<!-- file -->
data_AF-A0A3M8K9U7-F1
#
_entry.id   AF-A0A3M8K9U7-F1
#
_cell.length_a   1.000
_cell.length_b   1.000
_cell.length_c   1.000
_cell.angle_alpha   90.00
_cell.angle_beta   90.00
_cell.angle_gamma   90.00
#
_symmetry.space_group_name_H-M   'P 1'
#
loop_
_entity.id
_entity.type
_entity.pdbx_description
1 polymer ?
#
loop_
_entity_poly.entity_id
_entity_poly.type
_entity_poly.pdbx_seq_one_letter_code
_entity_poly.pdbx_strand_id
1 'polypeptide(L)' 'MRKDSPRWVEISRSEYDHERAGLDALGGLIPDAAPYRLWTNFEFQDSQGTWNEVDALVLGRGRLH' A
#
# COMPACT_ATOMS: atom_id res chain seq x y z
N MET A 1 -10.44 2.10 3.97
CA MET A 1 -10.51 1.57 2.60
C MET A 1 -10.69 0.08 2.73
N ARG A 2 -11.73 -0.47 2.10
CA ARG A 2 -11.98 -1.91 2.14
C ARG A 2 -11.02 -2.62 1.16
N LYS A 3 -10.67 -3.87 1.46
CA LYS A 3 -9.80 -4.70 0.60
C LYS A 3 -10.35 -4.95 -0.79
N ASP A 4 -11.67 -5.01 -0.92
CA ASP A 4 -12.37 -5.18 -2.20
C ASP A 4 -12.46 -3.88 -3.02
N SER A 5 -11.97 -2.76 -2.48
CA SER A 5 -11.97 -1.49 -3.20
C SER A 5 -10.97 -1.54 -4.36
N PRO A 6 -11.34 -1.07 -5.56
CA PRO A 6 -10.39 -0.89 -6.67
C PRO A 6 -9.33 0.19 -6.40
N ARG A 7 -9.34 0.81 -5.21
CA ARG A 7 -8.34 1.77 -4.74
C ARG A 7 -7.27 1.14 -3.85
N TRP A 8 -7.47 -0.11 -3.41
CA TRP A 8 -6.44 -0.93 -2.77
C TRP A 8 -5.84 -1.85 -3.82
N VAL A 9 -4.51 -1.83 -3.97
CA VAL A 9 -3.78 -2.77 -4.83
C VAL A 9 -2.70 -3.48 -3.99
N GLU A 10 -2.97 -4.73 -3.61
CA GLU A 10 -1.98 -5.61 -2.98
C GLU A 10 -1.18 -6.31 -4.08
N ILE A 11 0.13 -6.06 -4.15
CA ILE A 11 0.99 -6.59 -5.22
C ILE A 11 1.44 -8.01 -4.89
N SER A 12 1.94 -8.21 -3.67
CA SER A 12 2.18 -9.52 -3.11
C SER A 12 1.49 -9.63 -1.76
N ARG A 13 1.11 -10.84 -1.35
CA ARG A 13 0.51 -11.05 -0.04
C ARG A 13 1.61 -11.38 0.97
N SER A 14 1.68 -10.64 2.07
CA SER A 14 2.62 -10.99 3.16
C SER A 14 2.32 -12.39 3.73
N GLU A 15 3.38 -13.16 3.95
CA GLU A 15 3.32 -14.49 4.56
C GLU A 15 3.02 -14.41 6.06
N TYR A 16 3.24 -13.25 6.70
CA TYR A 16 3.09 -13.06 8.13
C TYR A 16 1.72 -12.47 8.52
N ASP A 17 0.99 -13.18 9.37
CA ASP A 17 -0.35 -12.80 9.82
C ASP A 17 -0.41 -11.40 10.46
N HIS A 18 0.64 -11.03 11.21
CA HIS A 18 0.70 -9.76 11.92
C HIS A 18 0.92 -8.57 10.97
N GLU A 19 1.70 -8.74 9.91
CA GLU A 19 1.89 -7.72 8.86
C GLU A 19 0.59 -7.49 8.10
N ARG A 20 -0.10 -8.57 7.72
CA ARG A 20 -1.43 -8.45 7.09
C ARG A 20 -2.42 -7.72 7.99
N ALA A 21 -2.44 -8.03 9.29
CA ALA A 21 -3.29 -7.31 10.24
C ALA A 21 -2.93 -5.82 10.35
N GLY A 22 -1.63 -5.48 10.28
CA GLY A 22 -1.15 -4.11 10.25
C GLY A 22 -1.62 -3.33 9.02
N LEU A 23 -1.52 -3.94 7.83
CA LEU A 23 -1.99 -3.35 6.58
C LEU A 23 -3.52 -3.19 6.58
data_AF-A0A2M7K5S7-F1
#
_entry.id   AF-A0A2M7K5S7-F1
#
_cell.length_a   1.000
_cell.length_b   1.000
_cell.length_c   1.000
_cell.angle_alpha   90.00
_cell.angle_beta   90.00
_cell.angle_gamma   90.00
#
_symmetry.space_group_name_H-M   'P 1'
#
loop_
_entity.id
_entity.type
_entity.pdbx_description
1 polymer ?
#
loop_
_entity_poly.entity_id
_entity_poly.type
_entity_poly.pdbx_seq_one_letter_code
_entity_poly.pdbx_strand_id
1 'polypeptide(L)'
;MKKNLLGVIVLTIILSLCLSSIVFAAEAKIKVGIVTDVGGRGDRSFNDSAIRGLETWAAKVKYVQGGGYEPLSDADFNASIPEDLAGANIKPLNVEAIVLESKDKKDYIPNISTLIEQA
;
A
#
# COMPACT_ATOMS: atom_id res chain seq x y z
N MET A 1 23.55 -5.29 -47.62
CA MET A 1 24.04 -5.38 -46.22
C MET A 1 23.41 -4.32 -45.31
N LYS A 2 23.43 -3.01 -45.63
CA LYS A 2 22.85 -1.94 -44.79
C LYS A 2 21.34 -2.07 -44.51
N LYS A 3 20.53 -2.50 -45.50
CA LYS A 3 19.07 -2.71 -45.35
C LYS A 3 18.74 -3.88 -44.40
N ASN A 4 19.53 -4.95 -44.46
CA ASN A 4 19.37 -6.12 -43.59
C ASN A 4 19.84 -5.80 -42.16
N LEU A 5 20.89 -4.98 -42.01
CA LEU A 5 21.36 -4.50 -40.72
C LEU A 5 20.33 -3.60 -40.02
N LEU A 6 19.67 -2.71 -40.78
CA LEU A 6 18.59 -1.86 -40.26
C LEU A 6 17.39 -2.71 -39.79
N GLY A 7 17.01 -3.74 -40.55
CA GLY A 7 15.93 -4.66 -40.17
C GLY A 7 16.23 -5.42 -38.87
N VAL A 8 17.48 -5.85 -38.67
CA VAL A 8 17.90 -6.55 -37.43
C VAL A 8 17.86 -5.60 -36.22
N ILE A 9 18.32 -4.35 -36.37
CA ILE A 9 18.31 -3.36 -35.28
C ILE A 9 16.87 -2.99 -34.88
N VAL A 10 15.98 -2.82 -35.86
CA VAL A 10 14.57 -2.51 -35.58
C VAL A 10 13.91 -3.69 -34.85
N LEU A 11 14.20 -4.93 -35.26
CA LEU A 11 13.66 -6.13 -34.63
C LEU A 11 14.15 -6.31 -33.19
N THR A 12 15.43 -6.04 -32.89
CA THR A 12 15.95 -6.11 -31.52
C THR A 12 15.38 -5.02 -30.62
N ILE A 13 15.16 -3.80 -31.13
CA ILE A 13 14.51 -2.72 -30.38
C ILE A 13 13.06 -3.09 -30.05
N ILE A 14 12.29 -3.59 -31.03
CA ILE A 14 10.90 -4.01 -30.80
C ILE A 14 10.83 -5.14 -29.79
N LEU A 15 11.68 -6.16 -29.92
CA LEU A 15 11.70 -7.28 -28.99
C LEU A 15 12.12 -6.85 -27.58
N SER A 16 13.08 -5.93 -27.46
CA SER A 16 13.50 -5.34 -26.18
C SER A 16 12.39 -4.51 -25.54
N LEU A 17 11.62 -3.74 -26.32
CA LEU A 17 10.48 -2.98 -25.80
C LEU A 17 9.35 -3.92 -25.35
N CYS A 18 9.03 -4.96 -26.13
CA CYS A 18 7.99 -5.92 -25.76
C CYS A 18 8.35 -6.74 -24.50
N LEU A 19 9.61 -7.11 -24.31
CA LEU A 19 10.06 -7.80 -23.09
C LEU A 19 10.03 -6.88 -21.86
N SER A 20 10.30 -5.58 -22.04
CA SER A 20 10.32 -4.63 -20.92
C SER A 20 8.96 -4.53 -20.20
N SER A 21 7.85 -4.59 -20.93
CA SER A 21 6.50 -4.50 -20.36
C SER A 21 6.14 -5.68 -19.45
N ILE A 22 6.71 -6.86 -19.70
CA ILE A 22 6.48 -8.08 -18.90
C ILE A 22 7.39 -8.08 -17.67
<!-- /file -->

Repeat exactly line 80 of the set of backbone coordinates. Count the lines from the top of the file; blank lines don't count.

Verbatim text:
CA HIS A 18 0.70 -9.76 11.92